Police-Public Relations In America

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It is a common belief that the primary duties of the police officers are to serve and protect the public. In fact, it is embedded in our heads as children to remember the special three-digit number, 911, a number that is associated with safety, security, and at times hope. However, what if you find yourself in a position where this three-digit number does not assure your safety and instead you are told to avoid dialing this number in fear of your life, simply because you look different? For many black people, their interactions with police officers is just one of the many aspects in which they find themselves disadvantaged in in America. Tense police-public relations have been a controversial issue that has unfortunately caused greater tensions…show more content…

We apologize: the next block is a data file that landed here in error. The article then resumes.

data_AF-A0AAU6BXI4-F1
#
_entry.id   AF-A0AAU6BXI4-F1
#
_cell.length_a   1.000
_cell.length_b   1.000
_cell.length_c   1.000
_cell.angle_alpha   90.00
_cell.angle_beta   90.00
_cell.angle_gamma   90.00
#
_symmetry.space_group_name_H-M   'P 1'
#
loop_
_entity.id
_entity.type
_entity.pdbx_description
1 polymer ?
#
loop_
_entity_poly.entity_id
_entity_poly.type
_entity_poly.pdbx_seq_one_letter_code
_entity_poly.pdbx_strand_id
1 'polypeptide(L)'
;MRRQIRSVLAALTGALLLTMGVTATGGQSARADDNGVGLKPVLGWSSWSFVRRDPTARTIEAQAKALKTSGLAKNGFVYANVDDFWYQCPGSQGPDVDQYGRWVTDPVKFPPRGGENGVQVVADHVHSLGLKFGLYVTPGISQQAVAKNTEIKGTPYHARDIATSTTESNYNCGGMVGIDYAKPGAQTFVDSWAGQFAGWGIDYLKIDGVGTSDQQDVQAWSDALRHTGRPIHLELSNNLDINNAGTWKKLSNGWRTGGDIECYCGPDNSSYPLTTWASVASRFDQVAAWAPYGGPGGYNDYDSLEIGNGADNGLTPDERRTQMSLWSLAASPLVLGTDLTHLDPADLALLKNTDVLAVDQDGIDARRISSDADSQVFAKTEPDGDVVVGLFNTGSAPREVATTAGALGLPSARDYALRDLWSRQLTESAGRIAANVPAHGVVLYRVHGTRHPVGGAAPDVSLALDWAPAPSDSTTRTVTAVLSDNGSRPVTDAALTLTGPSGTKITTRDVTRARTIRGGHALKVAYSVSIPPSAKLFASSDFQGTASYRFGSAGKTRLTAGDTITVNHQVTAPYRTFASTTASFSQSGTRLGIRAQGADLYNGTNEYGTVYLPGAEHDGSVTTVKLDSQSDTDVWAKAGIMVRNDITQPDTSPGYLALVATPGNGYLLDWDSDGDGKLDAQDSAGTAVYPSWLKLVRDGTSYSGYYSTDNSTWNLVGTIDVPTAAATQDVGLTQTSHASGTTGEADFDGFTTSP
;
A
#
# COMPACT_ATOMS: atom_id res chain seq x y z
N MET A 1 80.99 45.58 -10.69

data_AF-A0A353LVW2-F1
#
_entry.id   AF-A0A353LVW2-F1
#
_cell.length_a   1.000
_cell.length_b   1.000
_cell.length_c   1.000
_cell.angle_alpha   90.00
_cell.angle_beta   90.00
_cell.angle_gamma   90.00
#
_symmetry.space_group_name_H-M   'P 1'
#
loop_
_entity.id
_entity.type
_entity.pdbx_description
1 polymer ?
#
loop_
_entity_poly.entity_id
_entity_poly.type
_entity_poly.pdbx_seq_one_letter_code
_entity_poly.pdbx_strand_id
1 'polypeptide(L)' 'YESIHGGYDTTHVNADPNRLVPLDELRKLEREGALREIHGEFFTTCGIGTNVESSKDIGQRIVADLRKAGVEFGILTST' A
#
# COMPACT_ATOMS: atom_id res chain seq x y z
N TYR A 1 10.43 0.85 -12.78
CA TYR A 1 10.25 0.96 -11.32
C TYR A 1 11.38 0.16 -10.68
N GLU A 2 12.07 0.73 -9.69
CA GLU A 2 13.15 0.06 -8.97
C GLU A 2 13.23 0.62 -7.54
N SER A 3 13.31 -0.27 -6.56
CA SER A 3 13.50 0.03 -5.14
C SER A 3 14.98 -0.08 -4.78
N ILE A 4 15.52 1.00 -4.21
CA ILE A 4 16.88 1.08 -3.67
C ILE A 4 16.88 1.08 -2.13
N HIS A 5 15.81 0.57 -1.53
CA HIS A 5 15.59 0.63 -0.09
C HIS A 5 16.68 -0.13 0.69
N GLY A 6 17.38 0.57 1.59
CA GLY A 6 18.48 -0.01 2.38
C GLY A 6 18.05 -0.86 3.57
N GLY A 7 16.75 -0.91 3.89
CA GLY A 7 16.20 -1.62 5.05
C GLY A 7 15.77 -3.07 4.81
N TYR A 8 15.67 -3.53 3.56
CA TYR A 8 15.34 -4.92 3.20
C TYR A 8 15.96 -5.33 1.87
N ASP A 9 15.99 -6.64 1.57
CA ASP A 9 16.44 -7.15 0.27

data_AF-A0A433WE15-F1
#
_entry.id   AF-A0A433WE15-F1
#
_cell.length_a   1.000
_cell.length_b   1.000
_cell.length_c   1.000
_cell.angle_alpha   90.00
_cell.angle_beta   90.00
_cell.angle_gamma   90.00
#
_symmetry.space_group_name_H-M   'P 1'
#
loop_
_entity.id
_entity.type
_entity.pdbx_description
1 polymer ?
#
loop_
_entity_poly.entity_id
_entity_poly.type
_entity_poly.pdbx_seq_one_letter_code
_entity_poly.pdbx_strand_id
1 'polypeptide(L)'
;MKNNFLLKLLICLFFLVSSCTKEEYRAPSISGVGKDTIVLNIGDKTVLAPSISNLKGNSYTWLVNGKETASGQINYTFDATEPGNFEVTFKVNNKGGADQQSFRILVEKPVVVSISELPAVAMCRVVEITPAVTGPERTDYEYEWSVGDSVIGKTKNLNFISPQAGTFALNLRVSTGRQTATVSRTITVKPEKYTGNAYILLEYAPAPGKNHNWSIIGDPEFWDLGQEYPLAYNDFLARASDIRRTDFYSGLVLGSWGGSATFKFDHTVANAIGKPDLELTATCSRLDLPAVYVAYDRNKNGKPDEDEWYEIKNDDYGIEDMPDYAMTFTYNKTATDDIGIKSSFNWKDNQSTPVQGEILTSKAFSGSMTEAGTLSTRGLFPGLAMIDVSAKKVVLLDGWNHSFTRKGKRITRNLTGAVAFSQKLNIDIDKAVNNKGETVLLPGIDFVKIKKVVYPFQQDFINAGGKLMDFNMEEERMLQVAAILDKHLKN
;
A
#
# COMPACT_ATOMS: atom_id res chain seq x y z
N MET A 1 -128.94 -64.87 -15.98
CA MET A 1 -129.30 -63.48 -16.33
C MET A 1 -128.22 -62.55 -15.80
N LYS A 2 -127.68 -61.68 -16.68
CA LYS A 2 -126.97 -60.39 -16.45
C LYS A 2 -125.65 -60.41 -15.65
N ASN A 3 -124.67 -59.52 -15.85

Aside from these studies, historical facts and events of the 16th century have been seen in connection to the racial and ethnic disparities amongst the trust and confidence Americans give the police. For example, the origins of policing in America can be traced back to its colonial years of the early 1600s (Kappeler, “A Brief History…”). Unlike the formal police forces of today, policing took different forms during its early years. In fact, post-civil war, the “Slave Patrols” of the early 1600s evolved into formal police forces that continued to persecute slaves, regardless of their earned freedom (Kappeler). Namely, racial discrimination and persecution of people of color persisted long after the Civil Rights Act of 1964 (Kappeler). Aside from the origins of police development, information regarding one of the pivotal moments that began such current, tense relations between black people in America and the police is the shooting of Michael Brown in 2014 in the city of Ferguson, Missouri (Chaney, Cassandra, and Davis, “No Justice”). The fatal death of unarmed, black youth caused protests, rioting, and complete social unrest for several days (Chaney, Cassandra, and Davis). Overall, many policy-makers have attempted to resolve this issue by increasing police officer accountability through the use of body-worn-cameras (Kappeler). As these have been recently introduced and not yet adopted by all police forces, it is not sure whether they have proven
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